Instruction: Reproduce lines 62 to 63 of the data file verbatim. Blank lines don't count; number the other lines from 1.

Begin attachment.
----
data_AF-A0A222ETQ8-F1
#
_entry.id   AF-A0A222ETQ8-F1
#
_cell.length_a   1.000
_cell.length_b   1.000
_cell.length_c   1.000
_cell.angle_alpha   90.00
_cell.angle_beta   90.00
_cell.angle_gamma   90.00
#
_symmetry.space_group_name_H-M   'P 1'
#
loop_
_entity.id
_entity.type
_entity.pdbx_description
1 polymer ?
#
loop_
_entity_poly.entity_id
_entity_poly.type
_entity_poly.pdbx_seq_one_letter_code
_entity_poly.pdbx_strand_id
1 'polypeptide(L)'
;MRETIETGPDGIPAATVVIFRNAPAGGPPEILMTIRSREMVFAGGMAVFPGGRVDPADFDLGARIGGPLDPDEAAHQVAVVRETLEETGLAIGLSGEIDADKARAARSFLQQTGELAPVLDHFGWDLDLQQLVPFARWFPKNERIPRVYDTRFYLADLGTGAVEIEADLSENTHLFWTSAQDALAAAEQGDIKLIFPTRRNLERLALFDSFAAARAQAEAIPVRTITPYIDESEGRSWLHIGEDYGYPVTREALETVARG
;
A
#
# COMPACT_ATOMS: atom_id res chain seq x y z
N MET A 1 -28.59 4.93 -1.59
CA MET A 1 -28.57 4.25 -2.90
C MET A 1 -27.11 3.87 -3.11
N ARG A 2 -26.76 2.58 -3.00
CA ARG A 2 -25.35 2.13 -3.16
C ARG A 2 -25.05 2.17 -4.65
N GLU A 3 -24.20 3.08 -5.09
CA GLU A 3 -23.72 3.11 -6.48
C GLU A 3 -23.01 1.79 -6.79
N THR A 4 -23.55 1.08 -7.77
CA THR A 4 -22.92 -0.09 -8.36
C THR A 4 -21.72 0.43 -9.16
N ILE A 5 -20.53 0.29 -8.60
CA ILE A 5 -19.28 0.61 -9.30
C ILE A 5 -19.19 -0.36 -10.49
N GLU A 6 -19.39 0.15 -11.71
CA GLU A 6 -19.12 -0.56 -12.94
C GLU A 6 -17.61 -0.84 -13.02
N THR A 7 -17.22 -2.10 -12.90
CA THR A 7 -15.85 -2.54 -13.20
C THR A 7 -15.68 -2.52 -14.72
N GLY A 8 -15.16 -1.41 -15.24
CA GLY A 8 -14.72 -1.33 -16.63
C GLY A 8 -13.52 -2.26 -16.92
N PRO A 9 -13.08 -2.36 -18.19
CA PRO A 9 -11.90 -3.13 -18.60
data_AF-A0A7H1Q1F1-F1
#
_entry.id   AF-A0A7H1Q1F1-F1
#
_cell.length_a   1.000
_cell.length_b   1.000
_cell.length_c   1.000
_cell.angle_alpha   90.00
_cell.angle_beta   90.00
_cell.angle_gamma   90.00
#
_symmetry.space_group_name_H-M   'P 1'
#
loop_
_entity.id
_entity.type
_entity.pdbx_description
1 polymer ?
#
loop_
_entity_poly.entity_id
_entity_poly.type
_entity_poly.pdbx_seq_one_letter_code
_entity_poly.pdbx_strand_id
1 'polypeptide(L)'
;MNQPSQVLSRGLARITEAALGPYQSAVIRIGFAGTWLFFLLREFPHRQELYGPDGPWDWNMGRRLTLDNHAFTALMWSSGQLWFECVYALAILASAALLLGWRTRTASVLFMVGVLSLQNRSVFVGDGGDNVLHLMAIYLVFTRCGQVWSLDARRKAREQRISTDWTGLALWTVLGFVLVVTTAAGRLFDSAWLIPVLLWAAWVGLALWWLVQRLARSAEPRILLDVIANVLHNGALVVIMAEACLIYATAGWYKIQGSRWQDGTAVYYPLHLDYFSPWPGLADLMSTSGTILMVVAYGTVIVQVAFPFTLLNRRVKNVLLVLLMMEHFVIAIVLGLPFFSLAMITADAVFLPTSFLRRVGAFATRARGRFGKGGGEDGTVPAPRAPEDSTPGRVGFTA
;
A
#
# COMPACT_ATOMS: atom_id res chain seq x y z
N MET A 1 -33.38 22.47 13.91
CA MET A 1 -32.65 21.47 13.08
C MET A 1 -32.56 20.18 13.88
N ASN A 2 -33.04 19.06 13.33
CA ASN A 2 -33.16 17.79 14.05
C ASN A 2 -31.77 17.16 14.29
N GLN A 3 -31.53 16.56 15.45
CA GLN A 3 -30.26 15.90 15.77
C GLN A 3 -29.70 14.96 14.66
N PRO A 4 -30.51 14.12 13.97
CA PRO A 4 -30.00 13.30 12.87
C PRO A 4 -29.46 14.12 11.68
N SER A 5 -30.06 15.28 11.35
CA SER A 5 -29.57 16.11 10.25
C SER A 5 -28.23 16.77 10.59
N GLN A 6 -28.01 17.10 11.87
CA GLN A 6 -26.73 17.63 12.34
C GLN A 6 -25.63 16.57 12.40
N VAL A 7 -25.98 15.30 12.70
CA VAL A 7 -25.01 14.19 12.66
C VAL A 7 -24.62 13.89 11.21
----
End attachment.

_cell.length_b   1.000
_cell.length_c   1.000